The deed is done, the cake is delicious, and the berries didn't melt through the bottom of the cake.
Hurricane Irma will certainly bring a long power outage to my home and studio.
Since Tuesday, we've been covering windows, finding safe shelter for many many potted plants, and trying to waterproof our large house windows. Who knows if the wind and rain will spare us.
My studio is totally out of commission for quite a while, serving as the storage area for everything we had to bring in from outdoors. But there are other creative things to do.......cooking.
One big job has been to deal with the food in our freezer that is sure to defrost. Certainly can't eat it all at once. At least, shouldn't.
In July I found the most delicious large blueberries and froze a couple of quarts of them to use in the winter when the berries would make everyone smile.
WHAT TO DO WITH ALL THOSE BERRIES WHEN THEY DEFROST DURING THE POWER OUTAGE DUE TO HURRICANE IRMA!!!!!
So before the power goes out, I baked a favorite bundt cake recipe with the blueberries. Not too much sugar, some lemon juice, cinnamon, and orange marmelade because I had no orange juice.
YUM! What a way to wait out the hurricane. I also baked the cake to celebrate my 50th wedding anniversary on Sunday, September 10th, since a festive day out is not an option this year.
Whirlwind Irma has decided to celebrate our special day in quite another way. So we'll be marking the day with cold soup and wine in a candlelit room, the rain and wind dancing outside around our pool.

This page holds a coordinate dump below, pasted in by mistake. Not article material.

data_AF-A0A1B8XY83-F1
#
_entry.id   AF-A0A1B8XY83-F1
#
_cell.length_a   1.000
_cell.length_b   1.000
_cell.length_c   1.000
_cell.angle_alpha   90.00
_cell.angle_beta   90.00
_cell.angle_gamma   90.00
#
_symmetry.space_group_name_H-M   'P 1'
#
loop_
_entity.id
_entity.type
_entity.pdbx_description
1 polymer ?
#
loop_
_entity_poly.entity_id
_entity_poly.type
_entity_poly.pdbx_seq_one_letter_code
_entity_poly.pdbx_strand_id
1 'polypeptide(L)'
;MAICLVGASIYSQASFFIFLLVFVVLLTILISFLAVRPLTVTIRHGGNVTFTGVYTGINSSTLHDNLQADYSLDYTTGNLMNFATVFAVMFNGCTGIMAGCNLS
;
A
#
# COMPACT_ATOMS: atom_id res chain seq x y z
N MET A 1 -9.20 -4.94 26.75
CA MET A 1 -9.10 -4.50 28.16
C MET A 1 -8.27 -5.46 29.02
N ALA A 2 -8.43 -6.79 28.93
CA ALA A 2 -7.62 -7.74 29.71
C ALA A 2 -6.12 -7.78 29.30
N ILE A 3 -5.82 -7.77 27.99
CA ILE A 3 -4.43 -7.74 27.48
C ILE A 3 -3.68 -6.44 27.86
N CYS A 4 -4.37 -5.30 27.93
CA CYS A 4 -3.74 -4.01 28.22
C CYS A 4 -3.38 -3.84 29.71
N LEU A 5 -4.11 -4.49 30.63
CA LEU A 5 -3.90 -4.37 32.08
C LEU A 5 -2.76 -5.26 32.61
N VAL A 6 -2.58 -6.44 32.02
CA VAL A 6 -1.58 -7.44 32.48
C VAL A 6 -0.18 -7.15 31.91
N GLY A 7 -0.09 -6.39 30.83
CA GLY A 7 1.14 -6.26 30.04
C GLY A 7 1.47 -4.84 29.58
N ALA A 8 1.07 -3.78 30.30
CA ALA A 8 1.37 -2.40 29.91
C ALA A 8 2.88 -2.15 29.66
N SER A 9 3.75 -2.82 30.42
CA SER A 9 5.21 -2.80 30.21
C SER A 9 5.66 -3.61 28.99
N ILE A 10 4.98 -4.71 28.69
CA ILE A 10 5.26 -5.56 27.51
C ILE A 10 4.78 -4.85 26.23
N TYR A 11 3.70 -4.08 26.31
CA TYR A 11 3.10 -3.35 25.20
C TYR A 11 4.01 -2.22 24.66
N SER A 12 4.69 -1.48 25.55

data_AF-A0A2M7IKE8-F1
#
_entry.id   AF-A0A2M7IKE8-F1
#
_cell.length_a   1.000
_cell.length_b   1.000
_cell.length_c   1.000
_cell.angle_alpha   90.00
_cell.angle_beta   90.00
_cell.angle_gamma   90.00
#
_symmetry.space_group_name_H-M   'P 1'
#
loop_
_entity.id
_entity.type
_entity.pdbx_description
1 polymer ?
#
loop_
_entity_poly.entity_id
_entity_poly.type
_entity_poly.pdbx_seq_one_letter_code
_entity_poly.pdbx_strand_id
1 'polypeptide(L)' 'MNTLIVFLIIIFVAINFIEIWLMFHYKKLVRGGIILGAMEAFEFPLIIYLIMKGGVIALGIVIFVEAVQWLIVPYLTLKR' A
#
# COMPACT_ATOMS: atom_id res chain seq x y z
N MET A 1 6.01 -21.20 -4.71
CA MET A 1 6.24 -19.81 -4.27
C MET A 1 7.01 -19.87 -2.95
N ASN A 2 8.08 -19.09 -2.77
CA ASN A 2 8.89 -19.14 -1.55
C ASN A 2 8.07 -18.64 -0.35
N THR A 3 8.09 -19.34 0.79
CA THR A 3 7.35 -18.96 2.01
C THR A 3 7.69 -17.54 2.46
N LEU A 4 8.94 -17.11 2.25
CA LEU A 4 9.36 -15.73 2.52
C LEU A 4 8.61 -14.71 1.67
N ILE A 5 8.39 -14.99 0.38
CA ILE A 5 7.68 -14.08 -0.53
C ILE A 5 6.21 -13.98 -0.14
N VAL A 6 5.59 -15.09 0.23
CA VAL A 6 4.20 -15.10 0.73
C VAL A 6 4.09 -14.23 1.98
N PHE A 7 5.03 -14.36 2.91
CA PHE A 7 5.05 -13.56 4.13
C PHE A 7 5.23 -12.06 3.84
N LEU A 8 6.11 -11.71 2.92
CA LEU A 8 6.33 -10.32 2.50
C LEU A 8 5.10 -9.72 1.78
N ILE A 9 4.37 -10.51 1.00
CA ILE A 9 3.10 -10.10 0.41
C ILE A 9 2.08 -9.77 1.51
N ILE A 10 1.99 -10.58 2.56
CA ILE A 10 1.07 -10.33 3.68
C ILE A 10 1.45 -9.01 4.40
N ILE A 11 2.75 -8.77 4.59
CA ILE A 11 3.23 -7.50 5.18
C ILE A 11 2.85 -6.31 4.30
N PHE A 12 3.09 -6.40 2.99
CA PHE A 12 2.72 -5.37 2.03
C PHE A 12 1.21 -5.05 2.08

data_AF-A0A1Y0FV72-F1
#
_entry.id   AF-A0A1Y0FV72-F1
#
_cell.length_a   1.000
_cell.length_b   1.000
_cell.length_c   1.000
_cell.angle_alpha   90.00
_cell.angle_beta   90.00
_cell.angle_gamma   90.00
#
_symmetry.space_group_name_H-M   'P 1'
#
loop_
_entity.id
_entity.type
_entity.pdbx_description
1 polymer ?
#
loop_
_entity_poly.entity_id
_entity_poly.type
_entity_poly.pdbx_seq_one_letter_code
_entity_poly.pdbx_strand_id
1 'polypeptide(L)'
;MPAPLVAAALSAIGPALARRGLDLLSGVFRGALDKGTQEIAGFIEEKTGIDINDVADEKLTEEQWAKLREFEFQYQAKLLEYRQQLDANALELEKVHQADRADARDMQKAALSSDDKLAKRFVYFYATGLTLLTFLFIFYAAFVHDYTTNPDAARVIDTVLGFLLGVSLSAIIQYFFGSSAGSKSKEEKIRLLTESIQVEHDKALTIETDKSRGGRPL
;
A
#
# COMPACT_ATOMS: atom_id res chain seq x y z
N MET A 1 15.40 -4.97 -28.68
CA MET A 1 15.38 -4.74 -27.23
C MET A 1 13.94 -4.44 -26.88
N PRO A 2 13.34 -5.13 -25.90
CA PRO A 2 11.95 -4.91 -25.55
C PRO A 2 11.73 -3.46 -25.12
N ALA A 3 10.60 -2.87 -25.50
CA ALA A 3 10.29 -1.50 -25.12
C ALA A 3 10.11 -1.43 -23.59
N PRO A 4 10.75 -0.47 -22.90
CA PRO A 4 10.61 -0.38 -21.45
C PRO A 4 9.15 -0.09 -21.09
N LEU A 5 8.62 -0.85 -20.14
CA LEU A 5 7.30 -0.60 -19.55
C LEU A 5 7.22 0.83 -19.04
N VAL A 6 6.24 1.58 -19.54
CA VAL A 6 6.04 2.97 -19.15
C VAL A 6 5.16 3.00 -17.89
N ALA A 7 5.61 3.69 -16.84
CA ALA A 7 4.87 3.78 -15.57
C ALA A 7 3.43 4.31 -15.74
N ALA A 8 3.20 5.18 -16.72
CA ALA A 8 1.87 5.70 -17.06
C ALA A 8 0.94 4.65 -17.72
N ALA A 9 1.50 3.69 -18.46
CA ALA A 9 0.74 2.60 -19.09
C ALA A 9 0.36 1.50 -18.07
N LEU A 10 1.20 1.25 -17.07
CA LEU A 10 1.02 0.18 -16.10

It's summertime again! Hot doesn't even describe the weather this year in many parts of the US. So a beach scene is in order for the season, with flowers, of course.
"Beach Flowers" highlights the gaillardia flowers that blanket many seashore areas on the east coast, giving the blooms one of their common names....blanket flower. I've created the image as an etching with added watercolor, sized at about 5"h x 4"w. A "cool" place.
The 2017 Chain of Parks Art Festival in Tallahassee gave me an Award of Distinction this year!! After over 30 years of doing outdoor art festivals, awards are always a surprise. Recognition of my work in this way has given me encouragement to continue exploring the subjects that have been my focus over all these years...botanical imagery, landscapes, and, in general, the natural world. In retrospect, these images represent the theme and variations, rhythm and counterpoint I see in the landscapes around us.
So, here again, the retirement question comes up. Am I going to do any more outdoor shows? Right now the answer is "maybe with no specific schedule in mind". Certainly, the Chain of Parks show and the Winter Park Sidewalk Art Festival are on my calendar for 2018. I'll wait and see if I decide to do others, and I'll post them here in the future along with new images.
The 2017 Winter Park Sidewalk Art Festival awarded me the $5,000 Edyth Bush Charitable Foundation Award. The piece they selected is the image described in my post below...."Roots." What an amazing honor!! I am so pleased that the judges felt that my etching of a live oak tree fit the philosophy of the Foundation and its endeavors. Naturally, I'm still overwhelmed by receiving this prize. The photo is of the Foundation President David Odahowski and me. Plus the ribbon, of course.
So, I guess this wasn't my last art show. I'll be at this show again next year. Perhaps I'll also do a few more shows here and there as the spirit moves me. If I do, the shows will be posted here. Or if you wish to be on my email list, send me the information and a message through the contact link above.
My thanks to everyone who came to my booth at the show and purchased a piece of my artwork. I hope it gives you as much joy as I had in creating it.